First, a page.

This is not a publicity stunt. I’ve written this blog for a few years now… extended family and close friends read it to see what our family is up to. If you’ll notice, there’s not a single advertisement on my blog. I receive nothing for post clicks.

My son has been privileged with being a brand ambassador since he was 3 years old. His snowboarding has gotten him plenty of attention. Wes gains nothing from me speaking out about being assaulted. I tried for 3 and a half weeks to speak with Northstar and Vail about a resolution to all of this. I’m sharing what happened to us as a last resort. I’m standing up for myself and my son and saying it’s not right what happened.

I’m receiving communication now from friends of people supposedly involved and being threatened to stay out of the Tahoe area. This perfectly illustrates the violence and intimidation that this group of people believes is okay. This is what I’m standing up to. This is why I’m sharing what happened.

I’ve also received many supportive messages and for those I am very thankful.



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After Being Violently Assaulted In Front of My 9 Year-Old at Northstar — a Vail Resorts Property — Northstar/Vail Resorts Protected The Man Who Attacked Me and Punished Me For “Causing” His Behavior

An update to this post with more information is available here. 

WARNING: Contains explicit language

bruised face


On February 25th an adult male snowboarder violently attacked me at Northstar in California — a Vail Resorts property.

The same snowboarder had ridden full speed straight at my 9 year-old son, screamed at him to get out of his way, and almost knocked him off the deck of the superpipe.

In the lift line, when I asked him to ride under control, the 6 foot man yelled at, threatened and grabbed me (I’m 5 foot 2 and was carrying a big filming camera and wearing a large backpack). He was inches from my face, with his body pressed against me, and had grabbed my shoulders.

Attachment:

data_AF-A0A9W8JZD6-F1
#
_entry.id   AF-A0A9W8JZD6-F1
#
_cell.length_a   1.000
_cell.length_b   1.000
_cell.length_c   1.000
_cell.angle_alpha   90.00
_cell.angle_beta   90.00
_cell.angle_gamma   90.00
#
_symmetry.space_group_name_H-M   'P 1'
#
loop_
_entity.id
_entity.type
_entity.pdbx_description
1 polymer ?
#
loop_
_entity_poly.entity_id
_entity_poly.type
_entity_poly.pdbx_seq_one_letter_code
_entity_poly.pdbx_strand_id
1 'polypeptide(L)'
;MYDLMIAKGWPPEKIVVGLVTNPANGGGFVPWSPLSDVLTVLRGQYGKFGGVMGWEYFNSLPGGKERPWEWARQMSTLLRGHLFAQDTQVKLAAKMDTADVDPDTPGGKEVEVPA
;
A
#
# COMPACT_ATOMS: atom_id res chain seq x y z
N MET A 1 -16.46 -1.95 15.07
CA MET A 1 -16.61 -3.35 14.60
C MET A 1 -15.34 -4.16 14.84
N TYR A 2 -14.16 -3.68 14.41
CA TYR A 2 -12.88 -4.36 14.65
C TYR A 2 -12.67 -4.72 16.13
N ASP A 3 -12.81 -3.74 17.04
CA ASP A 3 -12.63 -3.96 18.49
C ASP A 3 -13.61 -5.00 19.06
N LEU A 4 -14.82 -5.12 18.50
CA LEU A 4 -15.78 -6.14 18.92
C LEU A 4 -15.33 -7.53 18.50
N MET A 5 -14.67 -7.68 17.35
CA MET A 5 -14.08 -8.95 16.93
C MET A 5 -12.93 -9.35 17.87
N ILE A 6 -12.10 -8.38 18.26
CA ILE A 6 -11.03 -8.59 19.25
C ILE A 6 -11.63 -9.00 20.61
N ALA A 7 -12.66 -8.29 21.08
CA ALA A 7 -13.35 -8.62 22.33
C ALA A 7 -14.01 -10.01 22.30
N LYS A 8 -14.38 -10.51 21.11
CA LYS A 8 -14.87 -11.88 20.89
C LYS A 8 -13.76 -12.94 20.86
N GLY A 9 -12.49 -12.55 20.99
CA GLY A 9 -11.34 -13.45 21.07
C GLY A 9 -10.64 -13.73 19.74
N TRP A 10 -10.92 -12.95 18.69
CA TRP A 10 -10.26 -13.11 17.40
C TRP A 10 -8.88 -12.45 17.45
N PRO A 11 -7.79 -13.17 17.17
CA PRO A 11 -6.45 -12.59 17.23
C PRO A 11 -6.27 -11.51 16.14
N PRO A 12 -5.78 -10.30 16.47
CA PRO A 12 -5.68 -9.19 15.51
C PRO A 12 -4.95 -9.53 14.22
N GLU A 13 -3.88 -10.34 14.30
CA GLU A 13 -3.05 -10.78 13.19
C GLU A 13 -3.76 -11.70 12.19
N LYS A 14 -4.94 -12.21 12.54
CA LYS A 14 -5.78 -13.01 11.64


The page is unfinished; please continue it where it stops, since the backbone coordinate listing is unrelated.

“What are you gonna do bitch, fucking cry about it? You can’t even fucking ride, bitch. You know who you’re fucking with?! I’ll have you kicked out! You don’t know who you’ve fucked with now! You’re fucking dead! Are you gonna cry, little girl? Go fucking cry cause you’re fucking dead!”

I called to the lift operator for help. He said something in his radio, but made no move to help me.

The man continued his assault. “What’s your name, bitch? You’re dead. You’re fucking dead! Give me your name. What’s your name?! Awww, are you gonna fucking cry?!”

I told him 3 times to get away from me and stop touching me. I even told him I had pepper spray in my pocket and I would use it on him if he didn’t get off me. (I don’t snowboard around with pepper spray in my pocket, but was terrified and hoped the man would get off me).

He continued assaulting me. While holding my big filming camera in the crook of my right arm, I slapped at him with my left gloved hand to try to get him off me.

“You’re fucking dead!” He screamed again as he came at me and hit me in my left eye with his bare fist. I was stunned from the punch and started to cry.

A man in the lift line who was going past us, stopped and said, “Dude, you just hit a girl.”

“So?! Who cares?!” the man who had hit me replied.